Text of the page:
Transitioning Triathlete: Hitting Barriers

Gender, Kimberley Drain, Sports, Transgender

By Kimberley Drain

“I can’t prove or disprove that sports are trying to put barriers up for trans-athletes, I can only tell you how I feel, and it certainly feels like sports are putting up any obstacle they legally can.”

Hello Reader,

I’m Kim. I’m a twenty-seven-year-old trans-woman from the UK. I’m an (average) amateur runner and triathlete. This is my first blog, which is all very exciting. I’ve grappled with my gender identity my entire childhood, finally coming out in my twenties. I’m starting blogging just at the point when I’m beginning the process of being recognised as a woman, FINALLY by the sports I otherwise enjoy (running and triathlon).

Not being recognised as a woman, despite being out in all other areas of my life, has been difficult. Initially, I thought it didn’t really bother me – I had higher priorities to sort in my transition, and I knew that it would take time and money to meet the relevant criteria; money in particular has been a barrier – but I feel determined now to meet the challenge.

However, when my running club’s chairmen directed me to the relevant transgender policy of EA (England Athletics) and British Triathlon, I felt excluded. Rules require me to enter all races as male unless I can prove that my hormones are in the correct range for a year. I felt I didn’t belong, and my first thought was to give up all sport. So many transpeople give up sports, which is such a sad loss. But my own club has been great about my transition. At time of writing, we don’t have a club policy on trans-athletes, because they haven’t needed one before now. We’re currently working on changing this.

To clarify, I’ve been entering all races as male to date, as the rules require. However, transmen are immediately allowed to compete as male, in my sports (running and triathlon) certainly. That’s just plain sexism in action. If you perceive transwomen as having an advantage, you clearly view that transmen don’t have one. So … because transmen are at a disadvantage and not at risk of becoming successful, people are happy? At least that’s how it looks. I’m so flattered people think I’m a threat to women’s sport, but I’m really not, and it’s just so frustrating to deal with. It really affects my mental health.

For myself at the enjoyable, but certainly amateur, local races, nobody is forced to take doping tests, although steroids may or may not be used to enhance performance, but if you’re trans, you’ve got to spend hundreds of pounds proving that your hormones have been in range for a year. I can’t prove or disprove that sports are trying to put barriers up for trans-athletes, I can only tell you how I feel, and it certainly feels like sports are putting up any obstacle they legally can. It feels like discrimination, certainly at grassroots level, where, as I said, you see no doping tests, for example. It’s not transgender people’s fault that sporting bodies around the world have dragged their feet for longer and harder than the rest of society, but it feels as if we’re being penalised … not that trans-people are that fantastically accepted, respected and generally understood by wider society anyway …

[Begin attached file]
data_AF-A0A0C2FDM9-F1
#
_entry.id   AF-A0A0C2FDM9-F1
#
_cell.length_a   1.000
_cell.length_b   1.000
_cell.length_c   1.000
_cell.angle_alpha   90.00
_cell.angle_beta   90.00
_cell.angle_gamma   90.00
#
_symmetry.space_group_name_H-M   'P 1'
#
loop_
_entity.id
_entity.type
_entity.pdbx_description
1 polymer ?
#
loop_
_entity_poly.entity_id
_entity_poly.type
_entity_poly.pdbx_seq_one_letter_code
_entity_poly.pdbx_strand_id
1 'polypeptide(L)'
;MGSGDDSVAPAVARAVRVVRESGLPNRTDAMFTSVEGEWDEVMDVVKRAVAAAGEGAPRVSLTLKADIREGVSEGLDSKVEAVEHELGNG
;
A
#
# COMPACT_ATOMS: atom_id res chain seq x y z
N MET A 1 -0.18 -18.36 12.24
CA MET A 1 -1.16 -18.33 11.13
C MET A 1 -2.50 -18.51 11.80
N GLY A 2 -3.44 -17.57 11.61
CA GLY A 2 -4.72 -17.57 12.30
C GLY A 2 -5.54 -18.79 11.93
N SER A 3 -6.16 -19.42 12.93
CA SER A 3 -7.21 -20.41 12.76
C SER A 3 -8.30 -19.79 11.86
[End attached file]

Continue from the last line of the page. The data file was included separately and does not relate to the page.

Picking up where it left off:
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I have Crohn’s disease and spend a lot of time at the hospital. I bring this up because healthcare professionals seem to be able to manage the balance of respecting me as a woman (despite not being assigned female at birth, at the same hospital) and assessing my trans-female body, in person or looking at scans, bloods, etc., without a problem. There’s just more dignity and respect at the hospital.

However, at a race, it’s a different story; Miss Kimberley Drain is categorised MS (male senior) at registration. When I collect my racer number, race instructions, etc., there is no dignity, no respect, no choice in outing myself. I am openly trans, but what if I wasn’t? I have spent years progressing to be my true self, but these sports might as well use my dead name. And the further my transition gets and the longer I’ve been living as a woman, the harder competing as male becomes.

But I’m staying strong. I have a lot of shit to put up with, including the transphobic comments that come with being a trans-athlete, but it all just fuels me. I just channel it, so keep it coming 😘 That isn’t intended as confrontational, as it might sound, but this trans-athlete isn’t going anywhere. I intend to carry on swimming, cycling and running, and I intend to do it as an approved woman … eventually. People will discredit my achievements, but at least I’ll finally be my authentic self in all areas of my life.

I’ll keep you updated …

Thank you for reading.

Kimberley Drain is a 27-year-old transwoman, and a club-affiliated runner and triathlete (average amateur). She is one of these strange people that enjoy training more than racing … and she’s not short of opinions. Find her on Strava.

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